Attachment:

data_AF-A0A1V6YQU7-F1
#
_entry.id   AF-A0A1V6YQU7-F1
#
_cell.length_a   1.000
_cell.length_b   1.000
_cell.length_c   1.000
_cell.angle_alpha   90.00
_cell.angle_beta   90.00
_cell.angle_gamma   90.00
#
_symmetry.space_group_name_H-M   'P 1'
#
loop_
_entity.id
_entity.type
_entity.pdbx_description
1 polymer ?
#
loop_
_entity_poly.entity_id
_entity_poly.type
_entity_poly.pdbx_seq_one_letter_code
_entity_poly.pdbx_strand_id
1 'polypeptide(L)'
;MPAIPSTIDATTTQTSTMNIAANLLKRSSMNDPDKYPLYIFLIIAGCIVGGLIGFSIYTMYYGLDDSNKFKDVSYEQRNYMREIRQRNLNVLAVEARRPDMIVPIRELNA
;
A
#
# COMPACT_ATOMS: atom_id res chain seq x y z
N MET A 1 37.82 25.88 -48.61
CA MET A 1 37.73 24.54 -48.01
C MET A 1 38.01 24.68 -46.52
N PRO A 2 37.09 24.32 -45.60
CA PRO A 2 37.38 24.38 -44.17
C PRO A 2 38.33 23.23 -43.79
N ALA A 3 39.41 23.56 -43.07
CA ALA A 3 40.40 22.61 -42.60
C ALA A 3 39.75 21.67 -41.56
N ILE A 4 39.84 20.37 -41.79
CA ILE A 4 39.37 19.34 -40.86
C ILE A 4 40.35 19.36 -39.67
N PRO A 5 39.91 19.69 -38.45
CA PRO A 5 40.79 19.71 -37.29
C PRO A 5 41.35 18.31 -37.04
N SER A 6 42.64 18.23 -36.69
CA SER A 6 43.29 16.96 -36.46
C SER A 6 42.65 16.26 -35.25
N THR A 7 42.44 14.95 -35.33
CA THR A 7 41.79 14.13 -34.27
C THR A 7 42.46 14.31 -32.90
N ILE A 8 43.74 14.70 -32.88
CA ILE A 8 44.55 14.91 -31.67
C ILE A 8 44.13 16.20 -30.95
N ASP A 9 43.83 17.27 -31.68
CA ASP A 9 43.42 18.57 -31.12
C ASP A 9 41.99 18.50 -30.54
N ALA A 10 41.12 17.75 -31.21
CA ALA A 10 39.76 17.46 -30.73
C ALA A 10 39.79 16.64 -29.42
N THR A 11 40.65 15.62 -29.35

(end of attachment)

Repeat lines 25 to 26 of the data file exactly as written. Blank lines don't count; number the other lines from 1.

1 'polypeptide(L)'
;MPAIPSTIDATTTQTSTMNIAANLLKRSSMNDPDKYPLYIFLIIAGCIVGGLIGFSIYTMYYGLDDSNKFKDVSYEQRNYMREIRQRNLNVLAVEARRPDMIVPIRELNA